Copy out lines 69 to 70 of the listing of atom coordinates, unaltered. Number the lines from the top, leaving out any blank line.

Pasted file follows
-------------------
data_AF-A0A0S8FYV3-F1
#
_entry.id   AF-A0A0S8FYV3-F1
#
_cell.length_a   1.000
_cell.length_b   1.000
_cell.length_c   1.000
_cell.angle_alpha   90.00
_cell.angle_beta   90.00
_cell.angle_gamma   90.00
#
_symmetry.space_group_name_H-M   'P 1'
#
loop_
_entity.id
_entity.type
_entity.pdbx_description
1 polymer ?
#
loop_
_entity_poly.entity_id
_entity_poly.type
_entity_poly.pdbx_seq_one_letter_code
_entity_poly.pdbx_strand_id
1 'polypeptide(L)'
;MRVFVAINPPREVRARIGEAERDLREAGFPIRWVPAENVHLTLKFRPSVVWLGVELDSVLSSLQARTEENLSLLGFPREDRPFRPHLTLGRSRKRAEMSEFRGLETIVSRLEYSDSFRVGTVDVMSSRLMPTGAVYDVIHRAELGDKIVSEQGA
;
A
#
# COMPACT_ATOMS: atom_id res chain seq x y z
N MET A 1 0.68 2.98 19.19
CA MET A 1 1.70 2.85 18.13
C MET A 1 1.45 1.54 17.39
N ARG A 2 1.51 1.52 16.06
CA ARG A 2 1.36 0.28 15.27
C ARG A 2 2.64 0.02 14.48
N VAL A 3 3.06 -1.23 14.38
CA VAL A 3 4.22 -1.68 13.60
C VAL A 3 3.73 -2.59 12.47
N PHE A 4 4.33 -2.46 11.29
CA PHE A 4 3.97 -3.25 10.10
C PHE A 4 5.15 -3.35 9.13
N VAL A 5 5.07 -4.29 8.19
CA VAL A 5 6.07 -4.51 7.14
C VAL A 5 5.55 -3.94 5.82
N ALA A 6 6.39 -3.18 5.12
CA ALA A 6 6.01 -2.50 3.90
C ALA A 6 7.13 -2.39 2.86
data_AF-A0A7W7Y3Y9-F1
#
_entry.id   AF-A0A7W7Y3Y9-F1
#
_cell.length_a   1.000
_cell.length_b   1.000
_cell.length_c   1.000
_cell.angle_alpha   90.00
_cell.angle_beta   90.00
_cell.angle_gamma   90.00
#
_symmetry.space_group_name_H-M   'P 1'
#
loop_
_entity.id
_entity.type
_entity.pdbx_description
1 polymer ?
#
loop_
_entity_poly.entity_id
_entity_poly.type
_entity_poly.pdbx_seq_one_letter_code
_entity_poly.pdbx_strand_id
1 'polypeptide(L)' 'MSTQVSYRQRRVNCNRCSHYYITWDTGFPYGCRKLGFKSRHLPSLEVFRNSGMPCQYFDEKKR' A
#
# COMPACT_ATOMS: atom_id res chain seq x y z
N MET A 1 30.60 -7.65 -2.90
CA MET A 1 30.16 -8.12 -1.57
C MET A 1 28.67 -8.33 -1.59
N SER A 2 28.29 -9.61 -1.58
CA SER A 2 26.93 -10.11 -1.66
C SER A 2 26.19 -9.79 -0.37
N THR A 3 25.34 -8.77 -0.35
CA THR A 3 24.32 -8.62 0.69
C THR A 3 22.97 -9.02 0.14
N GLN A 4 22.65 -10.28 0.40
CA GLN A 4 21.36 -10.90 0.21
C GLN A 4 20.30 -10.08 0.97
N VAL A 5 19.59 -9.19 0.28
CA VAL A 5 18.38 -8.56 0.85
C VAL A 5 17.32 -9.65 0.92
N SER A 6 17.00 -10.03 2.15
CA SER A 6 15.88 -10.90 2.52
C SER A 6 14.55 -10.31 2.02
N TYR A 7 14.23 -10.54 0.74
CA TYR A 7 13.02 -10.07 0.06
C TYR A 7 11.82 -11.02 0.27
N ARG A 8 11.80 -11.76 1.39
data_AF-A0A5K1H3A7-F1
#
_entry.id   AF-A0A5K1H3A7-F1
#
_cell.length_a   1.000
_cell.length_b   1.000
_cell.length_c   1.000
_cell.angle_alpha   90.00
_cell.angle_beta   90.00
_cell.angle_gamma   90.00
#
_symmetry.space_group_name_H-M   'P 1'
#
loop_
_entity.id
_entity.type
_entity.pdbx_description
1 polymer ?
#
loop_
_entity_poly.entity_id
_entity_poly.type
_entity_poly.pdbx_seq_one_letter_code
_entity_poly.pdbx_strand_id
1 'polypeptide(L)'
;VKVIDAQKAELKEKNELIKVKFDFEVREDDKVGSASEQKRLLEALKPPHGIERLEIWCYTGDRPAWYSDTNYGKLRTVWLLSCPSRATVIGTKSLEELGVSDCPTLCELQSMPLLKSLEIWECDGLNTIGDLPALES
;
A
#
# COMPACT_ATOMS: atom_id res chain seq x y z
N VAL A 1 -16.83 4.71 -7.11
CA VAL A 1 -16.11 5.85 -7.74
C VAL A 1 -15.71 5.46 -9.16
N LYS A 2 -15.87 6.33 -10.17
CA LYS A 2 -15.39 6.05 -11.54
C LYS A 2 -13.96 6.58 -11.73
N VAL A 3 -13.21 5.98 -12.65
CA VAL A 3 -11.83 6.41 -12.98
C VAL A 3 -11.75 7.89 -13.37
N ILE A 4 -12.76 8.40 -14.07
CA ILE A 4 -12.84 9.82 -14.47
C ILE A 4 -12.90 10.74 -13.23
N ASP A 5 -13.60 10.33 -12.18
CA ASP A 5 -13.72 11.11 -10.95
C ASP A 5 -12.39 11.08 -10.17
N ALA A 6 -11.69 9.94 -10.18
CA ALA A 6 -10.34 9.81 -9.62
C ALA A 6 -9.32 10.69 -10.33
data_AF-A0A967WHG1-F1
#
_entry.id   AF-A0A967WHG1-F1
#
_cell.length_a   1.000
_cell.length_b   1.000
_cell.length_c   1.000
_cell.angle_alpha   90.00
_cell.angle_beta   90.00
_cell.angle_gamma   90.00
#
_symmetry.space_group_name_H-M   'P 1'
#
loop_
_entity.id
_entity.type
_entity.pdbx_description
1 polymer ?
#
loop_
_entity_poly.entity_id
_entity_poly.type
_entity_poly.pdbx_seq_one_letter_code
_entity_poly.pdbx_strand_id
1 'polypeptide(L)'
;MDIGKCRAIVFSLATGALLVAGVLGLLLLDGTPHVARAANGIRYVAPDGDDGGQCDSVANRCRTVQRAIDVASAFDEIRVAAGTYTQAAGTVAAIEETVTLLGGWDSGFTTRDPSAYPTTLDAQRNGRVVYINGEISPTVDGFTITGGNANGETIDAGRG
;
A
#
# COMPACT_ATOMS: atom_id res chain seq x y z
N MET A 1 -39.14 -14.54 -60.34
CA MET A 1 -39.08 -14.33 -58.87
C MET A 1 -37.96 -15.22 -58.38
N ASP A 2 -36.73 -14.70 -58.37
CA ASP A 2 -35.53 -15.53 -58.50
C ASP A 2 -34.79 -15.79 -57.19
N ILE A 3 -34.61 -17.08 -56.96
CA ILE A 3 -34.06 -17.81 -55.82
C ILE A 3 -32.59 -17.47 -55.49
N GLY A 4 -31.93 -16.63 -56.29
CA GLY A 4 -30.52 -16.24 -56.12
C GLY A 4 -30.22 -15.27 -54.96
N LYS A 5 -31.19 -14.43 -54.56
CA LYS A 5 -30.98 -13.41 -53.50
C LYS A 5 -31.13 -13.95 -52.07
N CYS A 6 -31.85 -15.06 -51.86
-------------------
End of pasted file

_entity_poly.entity_id
_entity_poly.type